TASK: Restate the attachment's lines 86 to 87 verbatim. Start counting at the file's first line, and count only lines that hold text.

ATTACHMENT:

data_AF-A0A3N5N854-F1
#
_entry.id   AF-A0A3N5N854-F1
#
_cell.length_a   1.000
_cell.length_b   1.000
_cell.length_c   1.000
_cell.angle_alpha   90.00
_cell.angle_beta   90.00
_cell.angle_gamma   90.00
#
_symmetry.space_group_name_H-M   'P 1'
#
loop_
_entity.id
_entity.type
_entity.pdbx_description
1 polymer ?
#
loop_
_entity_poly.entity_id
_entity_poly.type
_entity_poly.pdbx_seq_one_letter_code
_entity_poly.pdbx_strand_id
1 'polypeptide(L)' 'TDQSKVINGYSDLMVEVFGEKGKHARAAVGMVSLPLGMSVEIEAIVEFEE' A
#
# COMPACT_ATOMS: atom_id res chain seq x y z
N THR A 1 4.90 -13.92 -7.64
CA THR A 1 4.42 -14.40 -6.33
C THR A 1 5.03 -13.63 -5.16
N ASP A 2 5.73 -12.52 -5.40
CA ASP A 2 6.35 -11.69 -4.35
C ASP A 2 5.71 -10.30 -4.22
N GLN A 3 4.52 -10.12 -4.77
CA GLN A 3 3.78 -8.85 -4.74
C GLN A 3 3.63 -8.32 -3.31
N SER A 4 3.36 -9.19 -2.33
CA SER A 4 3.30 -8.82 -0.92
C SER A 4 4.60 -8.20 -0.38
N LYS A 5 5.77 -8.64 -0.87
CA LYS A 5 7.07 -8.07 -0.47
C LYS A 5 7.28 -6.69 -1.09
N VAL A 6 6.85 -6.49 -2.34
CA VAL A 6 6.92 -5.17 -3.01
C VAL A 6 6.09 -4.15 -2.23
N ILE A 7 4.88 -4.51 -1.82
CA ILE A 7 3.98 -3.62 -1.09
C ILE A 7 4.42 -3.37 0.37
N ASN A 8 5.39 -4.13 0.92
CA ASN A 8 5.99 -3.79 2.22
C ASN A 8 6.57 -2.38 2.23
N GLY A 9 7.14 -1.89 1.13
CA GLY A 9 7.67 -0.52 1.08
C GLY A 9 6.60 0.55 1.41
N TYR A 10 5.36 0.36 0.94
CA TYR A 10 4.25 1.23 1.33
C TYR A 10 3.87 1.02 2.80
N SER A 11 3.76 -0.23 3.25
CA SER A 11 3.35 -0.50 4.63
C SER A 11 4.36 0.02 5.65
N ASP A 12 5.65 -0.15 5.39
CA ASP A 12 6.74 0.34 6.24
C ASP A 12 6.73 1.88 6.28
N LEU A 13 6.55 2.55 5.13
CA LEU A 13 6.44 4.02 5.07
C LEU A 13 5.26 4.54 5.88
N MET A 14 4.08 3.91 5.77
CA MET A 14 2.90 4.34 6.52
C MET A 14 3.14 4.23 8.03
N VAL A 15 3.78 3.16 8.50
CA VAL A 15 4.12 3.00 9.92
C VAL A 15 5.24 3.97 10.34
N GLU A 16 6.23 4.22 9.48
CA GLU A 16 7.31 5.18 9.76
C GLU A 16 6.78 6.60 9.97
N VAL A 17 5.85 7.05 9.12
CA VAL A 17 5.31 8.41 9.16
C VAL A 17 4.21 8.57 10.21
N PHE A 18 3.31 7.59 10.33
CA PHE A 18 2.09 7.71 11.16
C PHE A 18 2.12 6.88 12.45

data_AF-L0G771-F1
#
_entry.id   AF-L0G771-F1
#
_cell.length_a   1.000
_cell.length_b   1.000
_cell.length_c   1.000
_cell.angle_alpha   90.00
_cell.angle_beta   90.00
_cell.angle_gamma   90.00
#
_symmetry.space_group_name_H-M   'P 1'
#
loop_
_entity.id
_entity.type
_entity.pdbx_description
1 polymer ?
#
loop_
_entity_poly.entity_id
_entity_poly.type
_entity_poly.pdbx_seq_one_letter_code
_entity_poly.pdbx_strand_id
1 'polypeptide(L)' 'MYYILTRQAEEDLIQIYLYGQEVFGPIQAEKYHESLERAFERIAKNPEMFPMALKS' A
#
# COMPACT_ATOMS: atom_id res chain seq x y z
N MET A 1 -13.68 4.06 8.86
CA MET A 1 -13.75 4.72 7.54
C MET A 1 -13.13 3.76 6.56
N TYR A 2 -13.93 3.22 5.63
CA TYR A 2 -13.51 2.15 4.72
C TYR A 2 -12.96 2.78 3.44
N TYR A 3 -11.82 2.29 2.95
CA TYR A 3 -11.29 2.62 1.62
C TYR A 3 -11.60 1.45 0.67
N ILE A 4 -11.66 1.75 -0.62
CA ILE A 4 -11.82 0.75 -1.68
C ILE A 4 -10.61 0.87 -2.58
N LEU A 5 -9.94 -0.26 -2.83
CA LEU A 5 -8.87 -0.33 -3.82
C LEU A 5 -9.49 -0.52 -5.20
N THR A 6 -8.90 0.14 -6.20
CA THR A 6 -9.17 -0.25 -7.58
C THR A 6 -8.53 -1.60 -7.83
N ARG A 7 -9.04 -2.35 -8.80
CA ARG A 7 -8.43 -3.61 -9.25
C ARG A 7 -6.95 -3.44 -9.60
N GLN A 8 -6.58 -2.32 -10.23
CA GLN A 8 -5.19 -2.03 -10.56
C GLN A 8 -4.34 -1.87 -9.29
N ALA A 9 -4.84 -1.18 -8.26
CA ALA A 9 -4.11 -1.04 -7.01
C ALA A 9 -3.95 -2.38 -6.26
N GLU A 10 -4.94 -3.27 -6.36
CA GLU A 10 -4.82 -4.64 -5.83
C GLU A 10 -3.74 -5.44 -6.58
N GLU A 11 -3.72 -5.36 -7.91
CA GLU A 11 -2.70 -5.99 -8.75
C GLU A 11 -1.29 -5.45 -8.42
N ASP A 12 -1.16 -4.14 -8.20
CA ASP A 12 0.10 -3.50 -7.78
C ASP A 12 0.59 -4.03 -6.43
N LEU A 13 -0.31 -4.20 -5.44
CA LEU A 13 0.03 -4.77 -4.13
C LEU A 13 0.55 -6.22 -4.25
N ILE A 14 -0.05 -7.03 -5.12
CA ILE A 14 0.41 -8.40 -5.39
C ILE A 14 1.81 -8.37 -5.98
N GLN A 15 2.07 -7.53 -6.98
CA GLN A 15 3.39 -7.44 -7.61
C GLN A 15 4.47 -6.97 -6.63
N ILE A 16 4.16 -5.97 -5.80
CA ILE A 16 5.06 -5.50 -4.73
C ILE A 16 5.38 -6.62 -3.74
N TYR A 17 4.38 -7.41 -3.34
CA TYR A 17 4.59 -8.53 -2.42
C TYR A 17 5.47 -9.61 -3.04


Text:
_cell.length_a   1.000
_cell.length_b   1.000